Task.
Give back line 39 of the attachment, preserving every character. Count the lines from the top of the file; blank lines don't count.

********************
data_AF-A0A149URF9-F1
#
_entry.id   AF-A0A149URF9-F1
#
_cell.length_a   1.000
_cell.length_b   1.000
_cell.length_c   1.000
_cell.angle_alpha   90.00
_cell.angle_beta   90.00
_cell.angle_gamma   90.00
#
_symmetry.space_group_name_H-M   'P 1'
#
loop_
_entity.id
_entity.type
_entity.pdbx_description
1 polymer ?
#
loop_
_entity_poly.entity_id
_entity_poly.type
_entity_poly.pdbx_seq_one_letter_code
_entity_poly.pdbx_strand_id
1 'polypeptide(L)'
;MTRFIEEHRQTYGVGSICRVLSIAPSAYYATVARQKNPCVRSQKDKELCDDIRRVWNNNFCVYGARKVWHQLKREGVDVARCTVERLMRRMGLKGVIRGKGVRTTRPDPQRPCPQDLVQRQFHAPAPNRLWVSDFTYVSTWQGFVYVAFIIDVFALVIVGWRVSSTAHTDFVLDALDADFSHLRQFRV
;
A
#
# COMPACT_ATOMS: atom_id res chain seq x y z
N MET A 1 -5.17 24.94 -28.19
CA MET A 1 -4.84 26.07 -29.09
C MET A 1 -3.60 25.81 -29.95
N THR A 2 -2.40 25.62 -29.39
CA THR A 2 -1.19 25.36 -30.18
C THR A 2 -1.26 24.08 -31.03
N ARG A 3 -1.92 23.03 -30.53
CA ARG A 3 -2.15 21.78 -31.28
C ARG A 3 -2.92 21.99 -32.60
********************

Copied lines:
C ARG A 3 -2.92 21.99 -32.60